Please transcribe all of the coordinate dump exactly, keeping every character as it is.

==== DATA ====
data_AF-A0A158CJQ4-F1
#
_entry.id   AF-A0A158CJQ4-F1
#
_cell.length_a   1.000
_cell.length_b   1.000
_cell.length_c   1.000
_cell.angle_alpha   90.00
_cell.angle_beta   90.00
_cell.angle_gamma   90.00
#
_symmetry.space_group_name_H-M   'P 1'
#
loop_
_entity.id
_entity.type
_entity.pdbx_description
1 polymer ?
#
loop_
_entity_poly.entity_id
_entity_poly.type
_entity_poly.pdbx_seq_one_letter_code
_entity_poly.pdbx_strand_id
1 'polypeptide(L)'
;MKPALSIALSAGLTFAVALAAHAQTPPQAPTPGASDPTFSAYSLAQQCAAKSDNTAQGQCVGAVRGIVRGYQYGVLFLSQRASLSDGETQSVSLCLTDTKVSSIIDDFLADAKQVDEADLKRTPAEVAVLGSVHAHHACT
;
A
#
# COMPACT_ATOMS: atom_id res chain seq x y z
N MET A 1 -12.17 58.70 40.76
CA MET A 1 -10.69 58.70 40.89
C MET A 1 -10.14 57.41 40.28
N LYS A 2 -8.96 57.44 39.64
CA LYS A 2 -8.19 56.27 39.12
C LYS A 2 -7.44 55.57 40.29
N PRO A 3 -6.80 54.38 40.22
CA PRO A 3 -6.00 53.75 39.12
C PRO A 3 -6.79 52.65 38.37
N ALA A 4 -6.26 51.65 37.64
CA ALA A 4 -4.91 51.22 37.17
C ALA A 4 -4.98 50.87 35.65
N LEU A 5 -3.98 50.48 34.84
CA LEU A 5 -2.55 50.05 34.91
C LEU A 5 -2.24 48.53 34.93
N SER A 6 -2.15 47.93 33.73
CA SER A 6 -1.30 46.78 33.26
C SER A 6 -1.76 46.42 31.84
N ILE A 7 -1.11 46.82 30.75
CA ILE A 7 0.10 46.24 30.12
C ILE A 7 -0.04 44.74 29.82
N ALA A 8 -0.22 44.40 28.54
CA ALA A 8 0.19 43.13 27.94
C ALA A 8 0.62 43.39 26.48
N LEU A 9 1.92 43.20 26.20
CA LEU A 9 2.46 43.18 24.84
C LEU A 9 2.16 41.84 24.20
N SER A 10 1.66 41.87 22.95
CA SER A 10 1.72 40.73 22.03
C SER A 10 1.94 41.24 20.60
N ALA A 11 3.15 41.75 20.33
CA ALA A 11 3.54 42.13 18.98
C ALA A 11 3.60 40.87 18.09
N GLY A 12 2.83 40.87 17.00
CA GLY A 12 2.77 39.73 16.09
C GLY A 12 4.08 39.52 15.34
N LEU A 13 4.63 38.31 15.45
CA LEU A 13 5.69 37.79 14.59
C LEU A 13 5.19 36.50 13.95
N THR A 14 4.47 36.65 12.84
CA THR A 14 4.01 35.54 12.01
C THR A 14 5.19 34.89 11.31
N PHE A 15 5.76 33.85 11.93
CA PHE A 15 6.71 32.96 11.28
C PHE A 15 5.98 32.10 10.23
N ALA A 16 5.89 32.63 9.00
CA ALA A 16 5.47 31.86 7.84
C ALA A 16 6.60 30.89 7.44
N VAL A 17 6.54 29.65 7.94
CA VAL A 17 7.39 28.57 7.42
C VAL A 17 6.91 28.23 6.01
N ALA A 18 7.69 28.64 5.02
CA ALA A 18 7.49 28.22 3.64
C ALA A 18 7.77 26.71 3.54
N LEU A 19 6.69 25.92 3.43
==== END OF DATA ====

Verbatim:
data_AF-A0A158CJQ4-F1
#
_entry.id   AF-A0A158CJQ4-F1
#
_cell.length_a   1.000
_cell.length_b   1.000
_cell.length_c   1.000
_cell.angle_alpha   90.00
_cell.angle_beta   90.00
_cell.angle_gamma   90.00
#
_symmetry.space_group_name_H-M   'P 1'
#
loop_
_entity.id
_entity.type
_entity.pdbx_description
1 polymer ?
#
loop_
_entity_poly.entity_id
_entity_poly.type
_entity_poly.pdbx_seq_one_letter_code
_entity_poly.pdbx_strand_id
1 'polypeptide(L)'
;MKPALSIALSAGLTFAVALAAHAQTPPQAPTPGASDPTFSAYSLAQQCAAKSDNTAQGQCVGAVRGIVRGYQYGVLFLSQRASLSDGETQSVSLCLTDTKVSSIIDDFLADAKQVDEADLKRTPAEVAVLGSVHAHHACT
;
A
#
# COMPACT_ATOMS: atom_id res chain seq x y z
N MET A 1 -12.17 58.70 40.76
CA MET A 1 -10.69 58.70 40.89
C MET A 1 -10.14 57.41 40.28
N LYS A 2 -8.96 57.44 39.64
CA LYS A 2 -8.19 56.27 39.12
C LYS A 2 -7.44 55.57 40.29
N PRO A 3 -6.80 54.38 40.22
CA PRO A 3 -6.00 53.75 39.12
C PRO A 3 -6.79 52.65 38.37
N ALA A 4 -6.26 51.65 37.64
CA ALA A 4 -4.91 51.22 37.17
C ALA A 4 -4.98 50.87 35.65
N LEU A 5 -3.98 50.48 34.84
CA LEU A 5 -2.55 50.05 34.91
C LEU A 5 -2.24 48.53 34.93
N SER A 6 -2.15 47.93 33.73
CA SER A 6 -1.30 46.78 33.26
C SER A 6 -1.76 46.42 31.84
N ILE A 7 -1.11 46.82 30.75
CA ILE A 7 0.10 46.24 30.12
C ILE A 7 -0.04 44.74 29.82
N ALA A 8 -0.22 44.40 28.54
CA ALA A 8 0.19 43.13 27.94
C ALA A 8 0.62 43.39 26.48
N LEU A 9 1.92 43.20 26.20
CA LEU A 9 2.46 43.18 24.84
C LEU A 9 2.16 41.84 24.20
N SER A 10 1.66 41.87 22.95
CA SER A 10 1.72 40.73 22.03
C SER A 10 1.94 41.24 20.60
N ALA A 11 3.15 41.75 20.33
CA ALA A 11 3.54 42.13 18.98
C ALA A 11 3.60 40.87 18.09
N GLY A 12 2.83 40.87 17.00
CA GLY A 12 2.77 39.73 16.09
C GLY A 12 4.08 39.52 15.34
N LEU A 13 4.63 38.31 15.45
CA LEU A 13 5.69 37.79 14.59
C LEU A 13 5.19 36.50 13.95
N THR A 14 4.47 36.65 12.84
CA THR A 14 4.01 35.54 12.01
C THR A 14 5.19 34.89 11.31
N PHE A 15 5.76 33.85 11.93
CA PHE A 15 6.71 32.96 11.28
C PHE A 15 5.98 32.10 10.23
N ALA A 16 5.89 32.63 9.00
CA ALA A 16 5.47 31.86 7.84
C ALA A 16 6.60 30.89 7.44
N VAL A 17 6.54 29.65 7.94
CA VAL A 17 7.39 28.57 7.42
C VAL A 17 6.91 28.23 6.01
N ALA A 18 7.69 28.64 5.02
CA ALA A 18 7.49 28.22 3.64
C ALA A 18 7.77 26.71 3.54
N LEU A 19 6.69 25.92 3.43